I desperately miss writing here, and I log in all the time, look around, write down notes for posts, and then go away.
Here’s the thing: I am trying to be good to myself and good about myself, meaning that I am trying to treat myself well and trying to be thoughtful with how I present myself and to only write here when I feel like I have something to say. Full, thought-out ideas. And I haven’t had the energy to think things out because I’m still recovering from the depression I was in over the summer, and because work has been mentally and emotionally draining, and because I’m trying to develop new habits.
I really, really want to be writing. I’ve been writing a lot more, but not the kind of a lot I need to if I want to legitimately call myself a writer. I don’t like that, but because I have other things to take care of, like working enough to pay my bills and trying to stay healthy, I’m not able to make it a priority. I know lots of authors have jobs and kids and lives, and I only really have the first, and yet they make it work, and that’s great for them. Right now, I’m just not able.
But I’m making it a goal. I’ve read, and probably you have, too, that it takes something like two months to develop a habit. Right? Probably Self magazine told me that. At any rate, that doesn’t seem far off. It didn’t take long after I moved to Silicon Valley and started working at an institution that is powered by Google Apps for me to construct my life entirely around my Google Calendar. If you force them, habits happen. But I can’t put “writing” in my calendar on a daily basis yet. Not just yet. Continue reading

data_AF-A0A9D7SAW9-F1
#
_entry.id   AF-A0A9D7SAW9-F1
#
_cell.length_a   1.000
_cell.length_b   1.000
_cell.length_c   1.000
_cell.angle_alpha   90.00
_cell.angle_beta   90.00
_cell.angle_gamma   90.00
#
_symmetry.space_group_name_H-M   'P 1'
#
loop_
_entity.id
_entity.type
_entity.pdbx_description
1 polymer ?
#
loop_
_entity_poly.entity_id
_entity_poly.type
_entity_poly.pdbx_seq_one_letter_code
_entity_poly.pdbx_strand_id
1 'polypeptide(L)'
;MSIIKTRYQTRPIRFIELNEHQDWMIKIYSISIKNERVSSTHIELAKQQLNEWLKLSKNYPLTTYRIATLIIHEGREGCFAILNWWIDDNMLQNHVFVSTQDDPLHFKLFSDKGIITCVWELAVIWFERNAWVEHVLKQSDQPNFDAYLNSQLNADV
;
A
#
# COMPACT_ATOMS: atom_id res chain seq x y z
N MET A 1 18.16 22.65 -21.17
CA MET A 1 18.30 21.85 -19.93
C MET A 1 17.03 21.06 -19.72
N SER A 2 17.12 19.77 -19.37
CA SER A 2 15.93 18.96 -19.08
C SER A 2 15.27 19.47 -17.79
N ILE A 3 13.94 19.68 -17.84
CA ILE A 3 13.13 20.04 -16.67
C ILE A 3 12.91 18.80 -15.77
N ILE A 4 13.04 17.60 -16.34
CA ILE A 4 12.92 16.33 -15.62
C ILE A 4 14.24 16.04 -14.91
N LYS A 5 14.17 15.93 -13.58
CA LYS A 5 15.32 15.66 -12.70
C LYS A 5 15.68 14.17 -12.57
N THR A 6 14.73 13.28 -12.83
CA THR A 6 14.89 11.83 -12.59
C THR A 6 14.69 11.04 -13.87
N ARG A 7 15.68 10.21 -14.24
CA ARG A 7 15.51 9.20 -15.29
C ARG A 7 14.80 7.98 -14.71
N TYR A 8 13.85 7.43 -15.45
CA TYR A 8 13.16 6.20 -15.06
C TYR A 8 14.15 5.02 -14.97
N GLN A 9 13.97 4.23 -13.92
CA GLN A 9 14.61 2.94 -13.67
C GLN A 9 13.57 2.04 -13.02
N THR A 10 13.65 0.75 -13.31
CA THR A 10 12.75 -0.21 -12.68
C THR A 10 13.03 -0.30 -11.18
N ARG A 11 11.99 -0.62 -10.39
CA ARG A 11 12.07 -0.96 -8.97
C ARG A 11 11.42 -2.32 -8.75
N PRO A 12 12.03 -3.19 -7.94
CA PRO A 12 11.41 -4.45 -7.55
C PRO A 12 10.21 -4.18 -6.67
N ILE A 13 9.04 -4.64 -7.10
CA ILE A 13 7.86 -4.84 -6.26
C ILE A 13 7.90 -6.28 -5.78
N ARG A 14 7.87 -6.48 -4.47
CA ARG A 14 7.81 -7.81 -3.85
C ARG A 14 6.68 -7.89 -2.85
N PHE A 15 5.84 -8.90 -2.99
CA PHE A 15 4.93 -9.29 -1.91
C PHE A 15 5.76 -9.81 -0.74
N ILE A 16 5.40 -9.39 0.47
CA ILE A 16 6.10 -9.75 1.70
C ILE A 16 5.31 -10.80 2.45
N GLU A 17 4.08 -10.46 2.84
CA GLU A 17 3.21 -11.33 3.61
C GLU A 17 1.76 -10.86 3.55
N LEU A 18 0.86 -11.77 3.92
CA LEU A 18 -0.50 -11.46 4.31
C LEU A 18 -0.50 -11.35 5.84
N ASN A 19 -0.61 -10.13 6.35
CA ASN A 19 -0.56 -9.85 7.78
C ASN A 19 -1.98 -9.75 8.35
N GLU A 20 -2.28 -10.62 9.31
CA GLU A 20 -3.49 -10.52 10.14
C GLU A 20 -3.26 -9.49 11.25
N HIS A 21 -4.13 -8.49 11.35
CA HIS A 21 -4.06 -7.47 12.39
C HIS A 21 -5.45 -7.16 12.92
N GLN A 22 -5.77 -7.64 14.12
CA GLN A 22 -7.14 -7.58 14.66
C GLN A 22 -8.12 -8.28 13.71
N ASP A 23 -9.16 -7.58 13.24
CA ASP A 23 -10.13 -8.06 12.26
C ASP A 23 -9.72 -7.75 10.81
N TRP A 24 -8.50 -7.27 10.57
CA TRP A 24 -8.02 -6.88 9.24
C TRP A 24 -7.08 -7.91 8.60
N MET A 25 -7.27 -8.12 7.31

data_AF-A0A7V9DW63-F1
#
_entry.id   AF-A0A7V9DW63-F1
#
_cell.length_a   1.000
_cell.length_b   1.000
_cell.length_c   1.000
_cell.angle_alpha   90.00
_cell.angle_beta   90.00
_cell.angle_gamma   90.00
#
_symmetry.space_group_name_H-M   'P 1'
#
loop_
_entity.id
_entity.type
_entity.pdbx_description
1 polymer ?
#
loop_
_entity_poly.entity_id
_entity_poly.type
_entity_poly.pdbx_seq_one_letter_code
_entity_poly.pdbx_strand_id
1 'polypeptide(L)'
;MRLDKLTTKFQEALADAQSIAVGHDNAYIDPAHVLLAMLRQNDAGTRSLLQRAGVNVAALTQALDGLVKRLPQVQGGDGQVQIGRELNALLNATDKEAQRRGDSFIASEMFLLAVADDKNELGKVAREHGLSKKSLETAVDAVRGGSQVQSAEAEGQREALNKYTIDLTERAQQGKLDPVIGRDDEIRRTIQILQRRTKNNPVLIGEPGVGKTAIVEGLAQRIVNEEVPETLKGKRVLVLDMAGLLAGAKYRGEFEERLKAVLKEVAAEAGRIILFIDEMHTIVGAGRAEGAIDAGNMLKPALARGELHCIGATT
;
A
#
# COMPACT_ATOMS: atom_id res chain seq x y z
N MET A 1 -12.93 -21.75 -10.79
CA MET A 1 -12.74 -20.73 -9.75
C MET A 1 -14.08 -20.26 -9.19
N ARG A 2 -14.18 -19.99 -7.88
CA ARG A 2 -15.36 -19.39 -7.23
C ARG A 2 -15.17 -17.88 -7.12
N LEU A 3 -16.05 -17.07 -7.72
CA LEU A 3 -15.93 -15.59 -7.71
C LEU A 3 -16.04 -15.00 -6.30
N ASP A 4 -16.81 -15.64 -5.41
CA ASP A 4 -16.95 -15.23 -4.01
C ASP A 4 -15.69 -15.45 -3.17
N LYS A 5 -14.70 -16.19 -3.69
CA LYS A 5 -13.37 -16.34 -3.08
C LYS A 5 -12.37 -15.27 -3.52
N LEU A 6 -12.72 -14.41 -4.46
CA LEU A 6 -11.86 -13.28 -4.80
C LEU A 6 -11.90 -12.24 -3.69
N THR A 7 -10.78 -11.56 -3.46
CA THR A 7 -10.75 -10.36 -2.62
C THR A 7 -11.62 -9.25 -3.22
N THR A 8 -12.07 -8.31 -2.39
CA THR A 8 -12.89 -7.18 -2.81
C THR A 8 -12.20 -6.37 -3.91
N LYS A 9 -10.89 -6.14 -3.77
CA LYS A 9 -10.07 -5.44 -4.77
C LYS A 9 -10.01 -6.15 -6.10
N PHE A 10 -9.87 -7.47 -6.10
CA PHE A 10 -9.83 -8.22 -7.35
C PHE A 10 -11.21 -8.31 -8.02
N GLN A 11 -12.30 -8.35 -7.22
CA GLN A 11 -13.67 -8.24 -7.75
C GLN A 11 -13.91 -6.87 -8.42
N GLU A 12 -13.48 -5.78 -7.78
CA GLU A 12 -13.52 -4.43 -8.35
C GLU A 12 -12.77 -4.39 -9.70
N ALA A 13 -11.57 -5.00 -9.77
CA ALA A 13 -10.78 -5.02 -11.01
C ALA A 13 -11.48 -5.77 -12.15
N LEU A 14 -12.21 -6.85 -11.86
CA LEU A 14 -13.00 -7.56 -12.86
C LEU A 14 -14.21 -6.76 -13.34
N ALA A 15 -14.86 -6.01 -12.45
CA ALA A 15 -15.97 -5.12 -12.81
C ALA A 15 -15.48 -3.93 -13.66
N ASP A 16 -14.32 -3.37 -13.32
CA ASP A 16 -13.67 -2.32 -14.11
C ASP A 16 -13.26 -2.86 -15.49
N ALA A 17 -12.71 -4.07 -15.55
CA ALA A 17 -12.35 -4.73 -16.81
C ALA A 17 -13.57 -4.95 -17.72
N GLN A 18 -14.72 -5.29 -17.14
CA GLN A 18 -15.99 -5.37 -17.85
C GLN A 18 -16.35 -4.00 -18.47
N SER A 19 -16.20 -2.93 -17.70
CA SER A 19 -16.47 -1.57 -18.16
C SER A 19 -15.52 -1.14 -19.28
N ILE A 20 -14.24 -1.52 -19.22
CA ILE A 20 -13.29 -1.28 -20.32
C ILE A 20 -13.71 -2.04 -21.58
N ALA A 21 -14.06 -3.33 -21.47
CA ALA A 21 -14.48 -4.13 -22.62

#seewhatididthere #iknowthedifferencebetweenthetwoterms #readmygrammartumblr
I read David Levithan’s Every Day over spring break, mostly because I wanted to read something that no one was telling me to read, but also because it counts for the YALSA/The Hub Reading Challenge. I am weeks behind on that, but I want to do it even though I have no time to do it, and I had Every Day on my shelf from when I got it at the YA Literature Symposium, so there you go. Check one off the list.
Anyway (now I’m going to assume you’ve read the book or can look up a summary elsewhere, because I HATE when people talk about books almost exclusively in plot summary, and I just want to talk about one particular thing), one of the things A talks about a lot is how ze (s/he) sometimes falls into a body where ze can just be passive all day, not do anything to further that person’s life goals or even to do a lot of basic things that person does on a regular basis. Ze just takes things as they come and barely responds to them.
It got me thinking about how I read things. Continue reading
I’m trying this thing where I talk less. Actually, where I do lots of things less, like eat and drink and spend money, but the point here is that I’m trying to talk less, especially the blathering variety.
It’s hard. It’s always been hard for me not to talk, even when doing so makes me feel uncomfortable and embarrassed, and even when I spent my entire life being laughed at or made fun of or disliked for it. For someone who’s shy, I do a lot of seemingly outgoing things, but it’s generally an effort to hide something or to appear confident when I’m not.
Anyway. So I’m trying not to just say word vomit, and that means also trying not to just post here to post.
That’s kind of why I’m starting to like Tumblr, since the whole point is to be pithy, but unlike Twitter, you don’t have to be funny.